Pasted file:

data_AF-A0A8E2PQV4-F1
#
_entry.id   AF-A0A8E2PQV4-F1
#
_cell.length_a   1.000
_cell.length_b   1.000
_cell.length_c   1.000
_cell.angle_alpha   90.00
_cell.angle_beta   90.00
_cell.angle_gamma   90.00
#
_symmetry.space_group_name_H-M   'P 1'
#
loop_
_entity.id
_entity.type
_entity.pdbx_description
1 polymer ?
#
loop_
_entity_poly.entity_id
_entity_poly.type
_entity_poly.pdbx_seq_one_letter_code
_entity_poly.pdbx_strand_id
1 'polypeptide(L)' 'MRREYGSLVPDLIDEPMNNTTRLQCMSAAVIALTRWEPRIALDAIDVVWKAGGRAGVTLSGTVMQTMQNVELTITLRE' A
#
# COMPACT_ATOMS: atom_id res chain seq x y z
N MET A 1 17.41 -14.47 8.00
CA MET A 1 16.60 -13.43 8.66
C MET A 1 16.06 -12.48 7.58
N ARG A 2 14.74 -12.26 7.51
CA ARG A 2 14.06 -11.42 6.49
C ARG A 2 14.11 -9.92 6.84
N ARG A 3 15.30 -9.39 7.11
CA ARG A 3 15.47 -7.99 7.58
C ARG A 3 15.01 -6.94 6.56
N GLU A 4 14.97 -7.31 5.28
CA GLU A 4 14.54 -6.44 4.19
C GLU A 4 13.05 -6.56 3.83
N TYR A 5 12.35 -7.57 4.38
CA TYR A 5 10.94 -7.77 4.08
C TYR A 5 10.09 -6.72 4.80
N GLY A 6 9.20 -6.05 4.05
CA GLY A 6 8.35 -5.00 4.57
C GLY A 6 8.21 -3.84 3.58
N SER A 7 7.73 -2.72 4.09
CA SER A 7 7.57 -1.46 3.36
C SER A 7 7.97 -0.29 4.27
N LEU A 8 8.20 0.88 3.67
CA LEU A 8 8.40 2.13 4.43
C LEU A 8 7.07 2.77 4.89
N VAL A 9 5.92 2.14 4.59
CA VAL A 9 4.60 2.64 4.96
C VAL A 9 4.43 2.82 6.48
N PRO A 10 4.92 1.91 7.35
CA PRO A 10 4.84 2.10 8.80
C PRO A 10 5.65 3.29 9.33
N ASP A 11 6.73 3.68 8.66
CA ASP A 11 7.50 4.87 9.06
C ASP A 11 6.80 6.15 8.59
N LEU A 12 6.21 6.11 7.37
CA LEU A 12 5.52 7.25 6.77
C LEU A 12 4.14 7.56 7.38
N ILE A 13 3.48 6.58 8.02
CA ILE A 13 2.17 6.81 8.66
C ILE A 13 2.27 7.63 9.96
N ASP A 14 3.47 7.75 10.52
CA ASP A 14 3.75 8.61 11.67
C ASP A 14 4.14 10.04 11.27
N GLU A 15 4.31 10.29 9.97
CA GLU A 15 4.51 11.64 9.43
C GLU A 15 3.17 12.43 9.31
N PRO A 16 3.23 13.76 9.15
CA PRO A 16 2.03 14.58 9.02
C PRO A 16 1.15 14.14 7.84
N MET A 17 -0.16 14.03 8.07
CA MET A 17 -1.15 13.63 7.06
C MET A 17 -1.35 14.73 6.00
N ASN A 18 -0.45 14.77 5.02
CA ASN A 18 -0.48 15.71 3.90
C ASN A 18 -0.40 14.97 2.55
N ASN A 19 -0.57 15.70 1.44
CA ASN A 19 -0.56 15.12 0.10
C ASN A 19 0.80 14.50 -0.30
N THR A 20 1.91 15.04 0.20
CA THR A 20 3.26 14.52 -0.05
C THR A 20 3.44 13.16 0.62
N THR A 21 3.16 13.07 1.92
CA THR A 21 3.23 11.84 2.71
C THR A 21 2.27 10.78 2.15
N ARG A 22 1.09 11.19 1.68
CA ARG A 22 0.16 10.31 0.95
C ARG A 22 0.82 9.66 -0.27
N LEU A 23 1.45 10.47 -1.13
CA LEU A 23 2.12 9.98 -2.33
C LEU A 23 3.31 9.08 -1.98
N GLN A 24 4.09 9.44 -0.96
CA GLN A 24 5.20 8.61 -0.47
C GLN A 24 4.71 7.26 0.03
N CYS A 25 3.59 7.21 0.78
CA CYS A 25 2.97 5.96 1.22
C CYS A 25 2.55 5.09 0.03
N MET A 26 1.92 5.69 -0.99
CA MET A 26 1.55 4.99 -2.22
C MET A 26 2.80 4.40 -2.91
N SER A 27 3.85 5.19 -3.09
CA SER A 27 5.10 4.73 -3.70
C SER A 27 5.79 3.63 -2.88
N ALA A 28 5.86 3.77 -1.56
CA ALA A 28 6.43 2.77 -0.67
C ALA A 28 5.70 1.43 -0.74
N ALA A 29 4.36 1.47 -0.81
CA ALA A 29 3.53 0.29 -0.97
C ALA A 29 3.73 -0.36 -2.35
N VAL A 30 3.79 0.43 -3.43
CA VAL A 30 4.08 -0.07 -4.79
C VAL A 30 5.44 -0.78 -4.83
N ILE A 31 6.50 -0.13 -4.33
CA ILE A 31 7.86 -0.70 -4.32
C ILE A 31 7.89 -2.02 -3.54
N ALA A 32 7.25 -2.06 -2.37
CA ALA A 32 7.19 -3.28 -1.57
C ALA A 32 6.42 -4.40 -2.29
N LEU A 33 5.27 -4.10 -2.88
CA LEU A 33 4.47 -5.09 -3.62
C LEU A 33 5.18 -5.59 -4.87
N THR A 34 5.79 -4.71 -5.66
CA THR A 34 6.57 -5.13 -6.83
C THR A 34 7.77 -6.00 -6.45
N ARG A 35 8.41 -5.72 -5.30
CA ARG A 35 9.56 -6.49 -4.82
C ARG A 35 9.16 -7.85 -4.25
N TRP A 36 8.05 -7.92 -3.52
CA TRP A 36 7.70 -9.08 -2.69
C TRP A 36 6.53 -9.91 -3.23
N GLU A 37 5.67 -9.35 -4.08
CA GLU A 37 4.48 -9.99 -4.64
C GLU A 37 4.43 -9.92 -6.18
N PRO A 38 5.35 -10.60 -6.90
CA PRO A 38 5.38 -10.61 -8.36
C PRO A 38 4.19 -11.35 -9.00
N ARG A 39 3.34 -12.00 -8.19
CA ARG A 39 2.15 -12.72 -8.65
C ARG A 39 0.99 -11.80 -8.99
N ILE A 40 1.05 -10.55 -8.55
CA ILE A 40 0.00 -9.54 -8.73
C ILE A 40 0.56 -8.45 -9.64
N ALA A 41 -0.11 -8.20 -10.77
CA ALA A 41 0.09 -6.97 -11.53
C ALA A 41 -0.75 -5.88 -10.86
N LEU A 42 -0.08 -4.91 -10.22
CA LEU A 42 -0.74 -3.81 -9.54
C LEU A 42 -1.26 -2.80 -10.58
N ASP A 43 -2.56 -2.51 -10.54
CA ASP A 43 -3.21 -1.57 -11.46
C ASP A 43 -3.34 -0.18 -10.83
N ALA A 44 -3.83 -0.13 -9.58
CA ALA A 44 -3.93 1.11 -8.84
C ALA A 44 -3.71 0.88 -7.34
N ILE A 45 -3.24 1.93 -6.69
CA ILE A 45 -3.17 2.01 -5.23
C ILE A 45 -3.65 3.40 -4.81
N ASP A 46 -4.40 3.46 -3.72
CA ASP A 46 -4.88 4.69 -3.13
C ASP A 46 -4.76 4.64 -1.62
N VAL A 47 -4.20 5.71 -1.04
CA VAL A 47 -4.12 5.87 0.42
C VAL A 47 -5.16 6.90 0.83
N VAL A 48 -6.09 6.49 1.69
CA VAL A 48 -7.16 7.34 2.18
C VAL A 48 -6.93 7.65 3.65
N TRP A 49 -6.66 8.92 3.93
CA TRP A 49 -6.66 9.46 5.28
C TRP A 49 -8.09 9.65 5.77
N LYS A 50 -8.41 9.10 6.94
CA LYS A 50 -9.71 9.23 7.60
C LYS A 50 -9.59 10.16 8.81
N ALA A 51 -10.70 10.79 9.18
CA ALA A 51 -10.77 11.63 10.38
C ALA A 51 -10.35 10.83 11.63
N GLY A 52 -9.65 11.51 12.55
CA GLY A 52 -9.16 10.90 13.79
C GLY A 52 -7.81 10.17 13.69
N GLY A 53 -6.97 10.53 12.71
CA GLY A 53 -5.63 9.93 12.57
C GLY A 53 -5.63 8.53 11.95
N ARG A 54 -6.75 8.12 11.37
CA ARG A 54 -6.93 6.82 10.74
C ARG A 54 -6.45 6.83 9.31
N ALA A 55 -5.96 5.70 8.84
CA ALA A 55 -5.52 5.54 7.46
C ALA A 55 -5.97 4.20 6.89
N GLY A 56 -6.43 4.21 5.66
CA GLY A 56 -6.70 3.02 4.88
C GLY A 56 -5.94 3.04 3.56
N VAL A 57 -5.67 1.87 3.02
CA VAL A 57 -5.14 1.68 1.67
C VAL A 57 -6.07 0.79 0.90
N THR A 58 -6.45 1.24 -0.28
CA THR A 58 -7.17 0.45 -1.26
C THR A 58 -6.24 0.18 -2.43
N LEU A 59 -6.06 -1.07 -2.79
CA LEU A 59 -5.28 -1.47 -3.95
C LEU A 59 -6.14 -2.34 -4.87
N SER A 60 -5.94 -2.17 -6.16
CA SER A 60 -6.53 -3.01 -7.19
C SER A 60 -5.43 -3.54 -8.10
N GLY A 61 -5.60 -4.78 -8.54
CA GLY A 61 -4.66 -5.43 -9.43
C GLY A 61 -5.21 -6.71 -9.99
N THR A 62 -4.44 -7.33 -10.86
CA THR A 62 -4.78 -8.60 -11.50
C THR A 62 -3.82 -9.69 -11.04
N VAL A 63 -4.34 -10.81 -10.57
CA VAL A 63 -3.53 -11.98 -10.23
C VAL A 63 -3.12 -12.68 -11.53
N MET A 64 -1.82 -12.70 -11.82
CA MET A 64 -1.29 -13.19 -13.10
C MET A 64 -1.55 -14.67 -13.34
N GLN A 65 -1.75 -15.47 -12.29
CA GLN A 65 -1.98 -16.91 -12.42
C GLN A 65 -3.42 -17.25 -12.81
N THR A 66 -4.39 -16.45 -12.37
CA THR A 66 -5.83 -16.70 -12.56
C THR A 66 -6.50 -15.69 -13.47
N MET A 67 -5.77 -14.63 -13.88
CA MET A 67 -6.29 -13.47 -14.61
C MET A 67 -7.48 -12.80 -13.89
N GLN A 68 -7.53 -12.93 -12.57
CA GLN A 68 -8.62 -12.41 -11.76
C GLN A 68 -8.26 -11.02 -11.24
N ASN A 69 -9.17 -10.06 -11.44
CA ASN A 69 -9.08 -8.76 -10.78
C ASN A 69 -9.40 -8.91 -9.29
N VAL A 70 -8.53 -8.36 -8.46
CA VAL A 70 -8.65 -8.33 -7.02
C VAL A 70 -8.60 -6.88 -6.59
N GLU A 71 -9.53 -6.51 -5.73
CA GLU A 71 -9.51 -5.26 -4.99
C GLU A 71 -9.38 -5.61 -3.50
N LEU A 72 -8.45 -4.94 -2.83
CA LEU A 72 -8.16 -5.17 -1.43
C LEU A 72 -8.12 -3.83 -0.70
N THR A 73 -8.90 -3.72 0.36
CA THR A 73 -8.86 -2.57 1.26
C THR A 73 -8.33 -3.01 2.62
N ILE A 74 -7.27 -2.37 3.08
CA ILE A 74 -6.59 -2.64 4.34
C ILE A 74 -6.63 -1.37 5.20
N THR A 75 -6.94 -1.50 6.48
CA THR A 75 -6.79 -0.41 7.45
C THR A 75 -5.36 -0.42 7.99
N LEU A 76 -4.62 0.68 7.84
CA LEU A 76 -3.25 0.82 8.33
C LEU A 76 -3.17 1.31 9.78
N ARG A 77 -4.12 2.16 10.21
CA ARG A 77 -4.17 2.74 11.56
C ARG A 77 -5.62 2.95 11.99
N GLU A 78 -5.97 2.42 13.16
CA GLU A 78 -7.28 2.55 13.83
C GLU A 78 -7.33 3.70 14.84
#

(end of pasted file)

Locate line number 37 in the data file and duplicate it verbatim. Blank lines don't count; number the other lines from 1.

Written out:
N GLU A 4 14.97 -7.31 5.28